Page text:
Is Big Brother Helping? New Jersey Attorneys Console & Hollawell Respond to Conflicting Reports about Red-Light Camera Programs

Currently, 25 municipalities in New Jersey are participating in red-light camera programs designed to detect drivers who make illegal turns or run red lights. The programs have been highly lucrative for local governments since their implementation. But with crash rates far from consistent across all programs in the state, New Jersey car accident attorney Richard P. Console Jr. questions their true effectiveness.

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Cameras at intersections don’t prevent accidents. Drivers choosing to obey traffic laws are what actually stop crashes from happening.

Marlton, New Jersey (PRWEB) November 09, 2012

Conflicting reports from New Jersey authorities and American Traffic Solutions show accident rates down at some intersections equipped with red-light cameras, and sharply up at others in the state, according to NJ.com.* Currently, 25 municipalities in New Jersey are participating in red-light camera programs designed to detect drivers who make illegal turns or run red lights. The programs have been highly lucrative for local governments since their implementation. In Lawrence Township, for example, the red-light camera program brought in $422,414.12 in revenue during November 18, 2011 through August 31, 2012, according to the Lawrenceville Patch.** With crash rates far from consistent across all programs in the state, New Jersey car accident attorney Richard P. Console Jr. questions their true effectiveness.

“Cameras at intersections don’t prevent accidents,” said Console. “Drivers choosing to obey traffic laws are what actually stop crashes from happening. These devices may provide the incentive drivers need to adjust their habits, but that doesn’t diminish the responsibility of all motorists to pay attention to light cycles. If a driver tries to speed through a yellow light, and it turns red while they’re in the intersection, they’re probably going to get a citation. They might also get into a serious accident.”

Accident rates at 13 intersections with red-light cameras in 13 different cities in New Jersey have fallen by 64 percent since local governments implemented the programs, according to NJ.com.* Violations at the intersection of U.S. 1 and East Milton Avenue in Rahway in Union County fell by 33 percent. By contrast, collision rates at the intersection of Route 1 and Franklin Corner Road in Lawrence Township have doubled since the municipality installed red-light cameras there, states NJ.com.* Officials point to an increase in rear-end accidents, which may be indicative of drivers abruptly stopping to avoid traveling through yellow lights, as the reason for the increase. Console, whose firm of Union County car accident attorneys has been in existence since 1994, sees a disconnect in the data.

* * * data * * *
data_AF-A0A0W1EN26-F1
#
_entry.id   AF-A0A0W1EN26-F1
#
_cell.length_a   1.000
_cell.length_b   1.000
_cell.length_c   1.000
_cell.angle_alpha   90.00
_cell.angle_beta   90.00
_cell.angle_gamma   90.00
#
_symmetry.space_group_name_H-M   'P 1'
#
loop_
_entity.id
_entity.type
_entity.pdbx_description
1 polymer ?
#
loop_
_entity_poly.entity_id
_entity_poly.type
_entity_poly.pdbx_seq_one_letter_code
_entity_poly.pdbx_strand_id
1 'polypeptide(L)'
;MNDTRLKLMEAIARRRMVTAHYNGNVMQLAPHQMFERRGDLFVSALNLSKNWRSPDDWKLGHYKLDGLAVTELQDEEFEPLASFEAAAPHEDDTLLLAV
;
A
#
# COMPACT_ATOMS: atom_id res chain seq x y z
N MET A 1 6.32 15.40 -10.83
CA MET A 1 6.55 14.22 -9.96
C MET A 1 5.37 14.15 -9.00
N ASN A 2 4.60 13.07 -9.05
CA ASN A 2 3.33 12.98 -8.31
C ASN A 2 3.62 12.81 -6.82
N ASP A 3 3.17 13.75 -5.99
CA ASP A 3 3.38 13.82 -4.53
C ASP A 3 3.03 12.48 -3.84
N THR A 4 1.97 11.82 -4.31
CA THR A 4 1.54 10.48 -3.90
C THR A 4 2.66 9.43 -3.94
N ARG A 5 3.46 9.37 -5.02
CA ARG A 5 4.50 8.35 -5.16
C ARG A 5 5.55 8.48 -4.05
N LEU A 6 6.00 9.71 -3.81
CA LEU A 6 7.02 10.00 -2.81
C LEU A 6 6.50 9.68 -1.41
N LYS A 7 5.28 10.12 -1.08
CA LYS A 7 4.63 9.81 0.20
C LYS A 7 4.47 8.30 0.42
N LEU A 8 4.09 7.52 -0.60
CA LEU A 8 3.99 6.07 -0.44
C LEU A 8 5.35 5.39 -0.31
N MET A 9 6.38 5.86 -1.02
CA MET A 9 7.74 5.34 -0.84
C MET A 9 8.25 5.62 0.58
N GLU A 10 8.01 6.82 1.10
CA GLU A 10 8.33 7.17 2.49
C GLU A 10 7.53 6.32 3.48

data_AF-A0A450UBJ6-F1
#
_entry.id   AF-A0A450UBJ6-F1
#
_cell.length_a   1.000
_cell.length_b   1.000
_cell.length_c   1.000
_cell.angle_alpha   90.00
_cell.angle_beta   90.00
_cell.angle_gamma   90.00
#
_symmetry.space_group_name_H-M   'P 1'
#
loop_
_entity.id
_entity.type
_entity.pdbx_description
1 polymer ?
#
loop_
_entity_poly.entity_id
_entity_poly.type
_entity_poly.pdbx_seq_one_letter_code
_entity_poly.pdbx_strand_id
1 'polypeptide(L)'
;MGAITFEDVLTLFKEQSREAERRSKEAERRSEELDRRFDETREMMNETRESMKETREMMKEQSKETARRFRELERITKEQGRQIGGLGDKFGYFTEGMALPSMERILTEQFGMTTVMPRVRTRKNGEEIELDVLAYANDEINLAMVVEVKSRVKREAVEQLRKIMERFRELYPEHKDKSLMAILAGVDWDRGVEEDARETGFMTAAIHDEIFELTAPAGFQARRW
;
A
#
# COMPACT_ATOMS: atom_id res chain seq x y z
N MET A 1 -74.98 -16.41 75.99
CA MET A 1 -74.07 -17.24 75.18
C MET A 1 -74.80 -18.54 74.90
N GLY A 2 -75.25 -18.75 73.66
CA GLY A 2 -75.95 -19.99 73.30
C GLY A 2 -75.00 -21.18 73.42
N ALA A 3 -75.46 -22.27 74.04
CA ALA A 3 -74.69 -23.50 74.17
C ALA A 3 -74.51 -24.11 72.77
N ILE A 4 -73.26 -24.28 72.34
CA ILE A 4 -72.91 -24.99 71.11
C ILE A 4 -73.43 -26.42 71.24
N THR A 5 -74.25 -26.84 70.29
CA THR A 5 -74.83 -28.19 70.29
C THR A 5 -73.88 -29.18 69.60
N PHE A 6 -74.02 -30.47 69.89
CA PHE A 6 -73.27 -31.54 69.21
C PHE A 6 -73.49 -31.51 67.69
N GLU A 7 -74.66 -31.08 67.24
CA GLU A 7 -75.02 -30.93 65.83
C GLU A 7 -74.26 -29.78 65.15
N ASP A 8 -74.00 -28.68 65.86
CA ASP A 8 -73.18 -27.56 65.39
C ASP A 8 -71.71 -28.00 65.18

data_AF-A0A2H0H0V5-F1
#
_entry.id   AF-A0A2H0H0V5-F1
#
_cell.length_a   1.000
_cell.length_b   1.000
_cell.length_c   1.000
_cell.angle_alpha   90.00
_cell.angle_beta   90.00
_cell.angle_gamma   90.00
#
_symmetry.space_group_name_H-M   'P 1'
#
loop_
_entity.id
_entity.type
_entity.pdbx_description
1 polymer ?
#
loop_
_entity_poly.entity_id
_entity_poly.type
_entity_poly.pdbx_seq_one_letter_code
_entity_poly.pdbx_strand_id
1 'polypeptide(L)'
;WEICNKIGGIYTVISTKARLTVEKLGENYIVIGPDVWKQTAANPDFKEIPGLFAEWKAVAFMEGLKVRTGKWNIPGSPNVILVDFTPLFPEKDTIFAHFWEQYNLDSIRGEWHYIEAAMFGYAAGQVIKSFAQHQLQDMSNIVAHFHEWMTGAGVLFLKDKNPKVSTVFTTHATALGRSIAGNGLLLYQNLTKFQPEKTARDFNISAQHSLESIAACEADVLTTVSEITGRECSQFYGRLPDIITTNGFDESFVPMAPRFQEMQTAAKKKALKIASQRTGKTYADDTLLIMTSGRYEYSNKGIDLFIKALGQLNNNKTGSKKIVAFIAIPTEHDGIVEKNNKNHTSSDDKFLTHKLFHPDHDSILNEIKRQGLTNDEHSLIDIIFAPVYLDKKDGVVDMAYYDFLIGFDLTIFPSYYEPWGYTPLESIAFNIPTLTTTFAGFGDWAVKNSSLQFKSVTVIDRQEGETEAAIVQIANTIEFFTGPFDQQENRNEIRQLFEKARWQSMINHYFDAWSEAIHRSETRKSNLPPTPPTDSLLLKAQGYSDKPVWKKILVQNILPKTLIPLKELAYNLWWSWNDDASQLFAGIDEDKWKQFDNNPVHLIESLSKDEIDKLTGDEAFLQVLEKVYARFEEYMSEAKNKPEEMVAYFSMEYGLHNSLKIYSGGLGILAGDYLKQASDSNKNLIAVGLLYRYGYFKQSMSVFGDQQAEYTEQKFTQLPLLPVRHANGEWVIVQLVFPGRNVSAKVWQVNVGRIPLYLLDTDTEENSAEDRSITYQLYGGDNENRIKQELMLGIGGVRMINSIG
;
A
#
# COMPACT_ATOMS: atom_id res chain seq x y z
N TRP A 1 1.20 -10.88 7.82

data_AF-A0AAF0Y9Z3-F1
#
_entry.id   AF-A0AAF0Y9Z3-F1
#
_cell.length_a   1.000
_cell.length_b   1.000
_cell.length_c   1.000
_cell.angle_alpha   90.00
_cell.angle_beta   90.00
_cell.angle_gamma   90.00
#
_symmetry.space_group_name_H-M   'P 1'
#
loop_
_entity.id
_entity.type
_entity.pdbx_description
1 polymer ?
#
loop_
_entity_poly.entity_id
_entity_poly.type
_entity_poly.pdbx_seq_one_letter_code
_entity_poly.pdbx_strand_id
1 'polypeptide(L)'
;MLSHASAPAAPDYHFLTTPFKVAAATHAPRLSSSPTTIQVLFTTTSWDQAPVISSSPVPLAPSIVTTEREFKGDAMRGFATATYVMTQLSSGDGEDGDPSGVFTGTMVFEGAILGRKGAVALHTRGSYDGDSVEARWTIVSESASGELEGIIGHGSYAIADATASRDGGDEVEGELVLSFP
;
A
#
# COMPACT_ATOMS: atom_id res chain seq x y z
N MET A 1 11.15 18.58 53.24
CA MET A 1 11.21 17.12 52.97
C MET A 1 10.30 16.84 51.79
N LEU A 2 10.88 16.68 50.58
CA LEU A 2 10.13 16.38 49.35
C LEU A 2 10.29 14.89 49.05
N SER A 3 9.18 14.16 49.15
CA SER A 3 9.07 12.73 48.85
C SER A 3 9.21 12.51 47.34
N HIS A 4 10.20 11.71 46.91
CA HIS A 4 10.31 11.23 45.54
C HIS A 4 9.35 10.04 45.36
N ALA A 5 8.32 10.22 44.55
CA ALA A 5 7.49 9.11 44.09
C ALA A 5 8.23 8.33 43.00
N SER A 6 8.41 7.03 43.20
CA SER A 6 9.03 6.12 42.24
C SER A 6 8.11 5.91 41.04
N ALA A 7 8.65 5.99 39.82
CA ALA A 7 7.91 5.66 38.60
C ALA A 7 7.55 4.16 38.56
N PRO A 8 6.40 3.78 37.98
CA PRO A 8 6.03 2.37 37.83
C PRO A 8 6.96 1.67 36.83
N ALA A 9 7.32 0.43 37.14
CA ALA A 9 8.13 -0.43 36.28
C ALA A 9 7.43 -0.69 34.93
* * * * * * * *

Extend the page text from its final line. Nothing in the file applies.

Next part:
“Human error causes the majority of accidents in New Jersey, in the United States really,” said Console. “When a motorist injures someone in a crash, the driver can’t say they were in a hurry and get out of their responsibility. Taking the appropriate amount of time to stop for traffic lights and respect other drivers sharing the road stops accidents and saves lives.”

The fine for running a red light in New Jersey is $55, but with added fees and special state assessments, the total citation rises to $140 per violation. The base fine also doubles in ‘N.J. safe corridors’ and construction zones.

Richard P. Console Jr. is the managing partner of Console & Hollawell P.C., a personal injury law firm serving accident victims, including those injured at intersections by drivers running red lights, in New Jersey. The firm’s attorneys have earned recognition from their peers and the legal community as a whole with awards and membership in important publications and organizations, including SJ Magazine and The Top 100 Trial Lawyers.

** http://lawrenceville.patch.com/articles/accidents-increase-at-red-light-camera-intersection